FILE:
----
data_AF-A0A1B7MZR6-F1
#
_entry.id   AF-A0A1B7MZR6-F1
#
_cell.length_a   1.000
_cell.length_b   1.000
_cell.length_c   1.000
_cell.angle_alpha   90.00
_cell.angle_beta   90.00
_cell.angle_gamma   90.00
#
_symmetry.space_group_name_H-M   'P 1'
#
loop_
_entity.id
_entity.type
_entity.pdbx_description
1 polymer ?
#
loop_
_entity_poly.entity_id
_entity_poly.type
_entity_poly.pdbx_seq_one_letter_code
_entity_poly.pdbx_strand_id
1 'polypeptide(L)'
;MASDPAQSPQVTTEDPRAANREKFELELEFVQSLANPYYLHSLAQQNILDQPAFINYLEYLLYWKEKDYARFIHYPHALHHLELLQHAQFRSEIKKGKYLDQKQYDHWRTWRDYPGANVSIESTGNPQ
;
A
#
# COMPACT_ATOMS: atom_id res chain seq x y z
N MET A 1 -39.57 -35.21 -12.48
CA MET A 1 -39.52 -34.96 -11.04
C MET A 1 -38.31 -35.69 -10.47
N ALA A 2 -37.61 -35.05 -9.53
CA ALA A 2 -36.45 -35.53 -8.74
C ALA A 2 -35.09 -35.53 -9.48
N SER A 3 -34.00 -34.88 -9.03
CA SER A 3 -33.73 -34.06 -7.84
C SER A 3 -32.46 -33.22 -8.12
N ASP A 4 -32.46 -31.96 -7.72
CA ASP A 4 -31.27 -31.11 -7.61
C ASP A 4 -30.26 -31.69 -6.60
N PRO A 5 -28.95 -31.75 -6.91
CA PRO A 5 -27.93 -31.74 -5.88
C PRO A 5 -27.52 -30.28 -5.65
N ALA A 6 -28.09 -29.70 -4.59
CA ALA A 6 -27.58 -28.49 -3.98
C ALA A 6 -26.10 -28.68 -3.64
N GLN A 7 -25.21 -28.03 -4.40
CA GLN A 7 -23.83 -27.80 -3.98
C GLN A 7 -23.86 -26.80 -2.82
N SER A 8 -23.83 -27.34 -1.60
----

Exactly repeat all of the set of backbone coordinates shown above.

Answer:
data_AF-A0A1B7MZR6-F1
#
_entry.id   AF-A0A1B7MZR6-F1
#
_cell.length_a   1.000
_cell.length_b   1.000
_cell.length_c   1.000
_cell.angle_alpha   90.00
_cell.angle_beta   90.00
_cell.angle_gamma   90.00
#
_symmetry.space_group_name_H-M   'P 1'
#
loop_
_entity.id
_entity.type
_entity.pdbx_description
1 polymer ?
#
loop_
_entity_poly.entity_id
_entity_poly.type
_entity_poly.pdbx_seq_one_letter_code
_entity_poly.pdbx_strand_id
1 'polypeptide(L)'
;MASDPAQSPQVTTEDPRAANREKFELELEFVQSLANPYYLHSLAQQNILDQPAFINYLEYLLYWKEKDYARFIHYPHALHHLELLQHAQFRSEIKKGKYLDQKQYDHWRTWRDYPGANVSIESTGNPQ
;
A
#
# COMPACT_ATOMS: atom_id res chain seq x y z
N MET A 1 -39.57 -35.21 -12.48
CA MET A 1 -39.52 -34.96 -11.04
C MET A 1 -38.31 -35.69 -10.47
N ALA A 2 -37.61 -35.05 -9.53
CA ALA A 2 -36.45 -35.53 -8.74
C ALA A 2 -35.09 -35.53 -9.48
N SER A 3 -34.00 -34.88 -9.03
CA SER A 3 -33.73 -34.06 -7.84
C SER A 3 -32.46 -33.22 -8.12
N ASP A 4 -32.46 -31.96 -7.72
CA ASP A 4 -31.27 -31.11 -7.61
C ASP A 4 -30.26 -31.69 -6.60
N PRO A 5 -28.95 -31.75 -6.91
CA PRO A 5 -27.93 -31.74 -5.88
C PRO A 5 -27.52 -30.28 -5.65
N ALA A 6 -28.09 -29.70 -4.59
CA ALA A 6 -27.58 -28.49 -3.98
C ALA A 6 -26.10 -28.68 -3.64
N GLN A 7 -25.21 -28.03 -4.40
CA GLN A 7 -23.83 -27.80 -3.98
C GLN A 7 -23.86 -26.80 -2.82
N SER A 8 -23.83 -27.34 -1.60